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I'm learning rails and trying to set up a product library where the products will be displayed based on three elements: location, category and expiry date (products can have multiple locations and categories but just one expiry date). Products will be shown as long as their expiry date hasn't passed and location and category selection will be via dropdown menus.

I started writing this question while having difficulty with incorporating the location and category selection criteria which i found a solution to but any help on what could be done better is greatly appreciated.

I've used has_many through connections to create the connections between the products, location and categories.

Here's the models:

class Product < ActiveRecord::Base  
  has_many :categorizations  
  has_many :categories, :through => :categorizations  
  has_many :localizations  
  has_many :locations, :through => :localizations  
end  

class Categorization < ActiveRecord::Base
  belongs_to :product
  belongs_to :category
end  

class Category < ActiveRecord::Base
  has_many :categorizations
  has_many :products, :through => :categorizations
end  

class Localization < ActiveRecord::Base
  belongs_to :product
  belongs_to :location
end 

class Location < ActiveRecord::Base
  has_many :localizations
  has_many :products, :through => :localizations
end 

Here's my controller. Location & category ID's are passed as params and the expiry date of the products must be greater than the current time:

class LibraryController < ApplicationController
   def index
     @products = Product.find(:all, include => [ :locations, :categories ],
                              :conditions => ['expiry_date > ? AND locations.id = ? AND categories.id = ?',
                              Time.now, params[:location_id],params[:category_id]])
   end
end

So by passing the location_id and category_id params in the URL I can list products by a combination of both.

Is there a better way of achieving what I'm trying to do?

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2  
Define "better". Does your code currently work? Is it throwing errors? Is it slower than you expect? What's the actual problem you want to be improved (i.e. what sort of help are you looking for)? –  jefflunt Sep 17 '11 at 16:12
    
I'm just wondering if the overall approach is correct or if I'm going at it the wrong way. The code currently does what I want but when I say better I mean is there a more conventional approach? –  shane Sep 17 '11 at 16:28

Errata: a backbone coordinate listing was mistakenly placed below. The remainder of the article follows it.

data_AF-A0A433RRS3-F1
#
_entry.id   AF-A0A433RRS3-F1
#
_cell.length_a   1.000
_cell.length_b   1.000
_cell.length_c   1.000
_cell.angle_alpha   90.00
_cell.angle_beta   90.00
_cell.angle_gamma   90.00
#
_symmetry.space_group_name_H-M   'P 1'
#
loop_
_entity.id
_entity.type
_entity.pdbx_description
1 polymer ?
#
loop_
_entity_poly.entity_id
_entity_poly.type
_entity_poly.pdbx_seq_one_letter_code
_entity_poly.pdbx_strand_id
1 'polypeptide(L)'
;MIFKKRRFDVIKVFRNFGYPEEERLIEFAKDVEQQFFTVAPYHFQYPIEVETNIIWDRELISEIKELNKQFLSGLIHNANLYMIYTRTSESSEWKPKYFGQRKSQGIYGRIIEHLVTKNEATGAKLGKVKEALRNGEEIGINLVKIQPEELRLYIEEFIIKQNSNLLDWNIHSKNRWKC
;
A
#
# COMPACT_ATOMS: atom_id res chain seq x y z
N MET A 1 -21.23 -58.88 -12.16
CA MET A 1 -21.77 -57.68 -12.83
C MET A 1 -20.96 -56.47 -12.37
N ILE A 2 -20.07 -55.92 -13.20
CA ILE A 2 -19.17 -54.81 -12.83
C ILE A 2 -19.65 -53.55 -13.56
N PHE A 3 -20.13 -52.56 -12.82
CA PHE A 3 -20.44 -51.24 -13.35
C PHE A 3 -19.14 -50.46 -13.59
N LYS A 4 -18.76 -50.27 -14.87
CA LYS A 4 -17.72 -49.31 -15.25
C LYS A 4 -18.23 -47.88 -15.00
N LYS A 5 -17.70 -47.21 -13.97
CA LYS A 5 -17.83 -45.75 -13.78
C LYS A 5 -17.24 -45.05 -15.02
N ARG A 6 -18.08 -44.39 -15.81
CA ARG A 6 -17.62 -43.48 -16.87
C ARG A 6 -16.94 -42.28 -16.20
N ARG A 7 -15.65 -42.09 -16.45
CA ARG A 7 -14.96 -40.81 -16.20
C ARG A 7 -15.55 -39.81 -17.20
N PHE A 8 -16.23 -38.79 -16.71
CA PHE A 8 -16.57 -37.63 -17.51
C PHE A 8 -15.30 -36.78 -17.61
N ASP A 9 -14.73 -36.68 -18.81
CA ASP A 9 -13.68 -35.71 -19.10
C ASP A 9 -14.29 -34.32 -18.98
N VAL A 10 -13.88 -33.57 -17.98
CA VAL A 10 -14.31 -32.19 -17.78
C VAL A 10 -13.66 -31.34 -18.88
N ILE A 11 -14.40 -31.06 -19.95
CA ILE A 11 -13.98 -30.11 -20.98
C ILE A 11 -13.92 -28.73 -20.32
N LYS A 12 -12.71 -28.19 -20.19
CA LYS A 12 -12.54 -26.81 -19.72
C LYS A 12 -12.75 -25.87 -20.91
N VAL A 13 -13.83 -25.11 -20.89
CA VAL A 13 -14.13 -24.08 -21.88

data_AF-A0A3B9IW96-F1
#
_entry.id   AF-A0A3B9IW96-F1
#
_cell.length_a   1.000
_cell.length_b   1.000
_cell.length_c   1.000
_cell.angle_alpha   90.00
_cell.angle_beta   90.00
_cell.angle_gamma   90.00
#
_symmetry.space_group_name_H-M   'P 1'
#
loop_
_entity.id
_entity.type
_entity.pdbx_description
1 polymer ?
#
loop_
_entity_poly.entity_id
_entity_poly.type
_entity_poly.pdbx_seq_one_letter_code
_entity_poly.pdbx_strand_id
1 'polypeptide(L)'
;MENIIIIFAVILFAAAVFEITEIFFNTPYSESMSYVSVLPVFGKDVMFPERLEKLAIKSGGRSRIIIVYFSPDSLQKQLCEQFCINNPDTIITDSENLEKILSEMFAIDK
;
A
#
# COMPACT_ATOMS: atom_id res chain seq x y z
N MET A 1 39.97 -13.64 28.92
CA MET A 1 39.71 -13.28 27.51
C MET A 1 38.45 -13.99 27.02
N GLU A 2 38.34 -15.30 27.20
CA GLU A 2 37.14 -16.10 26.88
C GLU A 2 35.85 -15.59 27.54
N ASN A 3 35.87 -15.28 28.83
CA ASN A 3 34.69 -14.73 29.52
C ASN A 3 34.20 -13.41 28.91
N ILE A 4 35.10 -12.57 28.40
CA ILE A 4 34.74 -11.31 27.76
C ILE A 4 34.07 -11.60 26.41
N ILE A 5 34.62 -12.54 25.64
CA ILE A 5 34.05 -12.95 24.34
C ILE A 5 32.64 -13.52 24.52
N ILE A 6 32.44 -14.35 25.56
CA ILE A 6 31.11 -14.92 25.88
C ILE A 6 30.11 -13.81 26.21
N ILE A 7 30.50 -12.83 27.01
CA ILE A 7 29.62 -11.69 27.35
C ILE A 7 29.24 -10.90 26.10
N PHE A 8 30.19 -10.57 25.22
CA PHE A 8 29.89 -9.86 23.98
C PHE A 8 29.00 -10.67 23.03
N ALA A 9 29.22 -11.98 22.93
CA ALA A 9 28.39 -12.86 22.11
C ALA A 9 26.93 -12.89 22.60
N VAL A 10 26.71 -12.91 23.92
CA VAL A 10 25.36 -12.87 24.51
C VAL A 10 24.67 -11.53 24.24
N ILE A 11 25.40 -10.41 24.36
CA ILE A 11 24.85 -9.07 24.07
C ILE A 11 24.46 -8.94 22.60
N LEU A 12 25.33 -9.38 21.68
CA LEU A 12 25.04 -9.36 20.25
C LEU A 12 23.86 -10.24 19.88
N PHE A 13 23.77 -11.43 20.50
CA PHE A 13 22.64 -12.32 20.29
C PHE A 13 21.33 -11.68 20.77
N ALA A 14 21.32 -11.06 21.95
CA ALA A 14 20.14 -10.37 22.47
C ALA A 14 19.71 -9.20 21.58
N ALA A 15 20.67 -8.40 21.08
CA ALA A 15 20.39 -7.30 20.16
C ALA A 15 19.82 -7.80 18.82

3 Answers 3

up vote 0 down vote accepted

Ok. No, I don't think there is a "better" way in this case. There certainly are "different" ways of doing what you want, but on the face of it, what you're doing is fine, and it doesn't scream out "this code is terrible!" or anything.

Questions of advice/style are tough to answer here, because ultimately the answer to them is, "search the web for what other people are doing in your situation, and evaluate/make the decision yourself if your solution seems conventional/logical," or these kinds of questions are answered via study of relevant books on the topic.

It's nearly impossible to answer a qualitative question like this, because:

  1. There's several ways to solve every problem, many of which are neither "right" or "wrong"
  2. There's always edge cases where people break the "rules", in which case even unconventional solutions can absolutely be the best way to do something
  3. You're the developer, the one building the thing. To some extent you're expected to take a leadership role, and decide what's best

The reason I ask you to define "better" is primarily because of #1 - unless you give us a specific outcome you're trying to achieve, all you'll get are (a) answers that are full of opinion, and not directed toward a specific goal or (b) simply a different way of doing something which may or may not help you. Therefore, they aren't very useful in practical terms.

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Thanks for the input and I take all your points. I'll try and phrase other questions with definitive goals rather than subjective queries. –  shane Sep 17 '11 at 16:54

You could also improve upon your solution by using, "Product.where" (preferred over find in rails 3.1) and also turn them into named_scopes in Rails like and chain them as required.

scope :not_expired, where('expiry_date > ?', Time.now)
share|improve this answer
    
Thanks for that, that helped with my line of thinking. –  shane Sep 24 '11 at 20:40

This will also do what you want:

@products = Product.find_all_by_category_id_and_location_id(params[:category_id], params[:location_id])

You can also user Product.where which is supposedly better than find.

For more information, Google "dynamic finders".

share|improve this answer
    
I had tried using something like your suggestion but got an undefined method error for the 'find_all_by_category_id_and_location_id' –  shane Sep 17 '11 at 16:49
    
Sorry, I did not see that you were using :through on categories in your product model. –  Max Sep 18 '11 at 4:39

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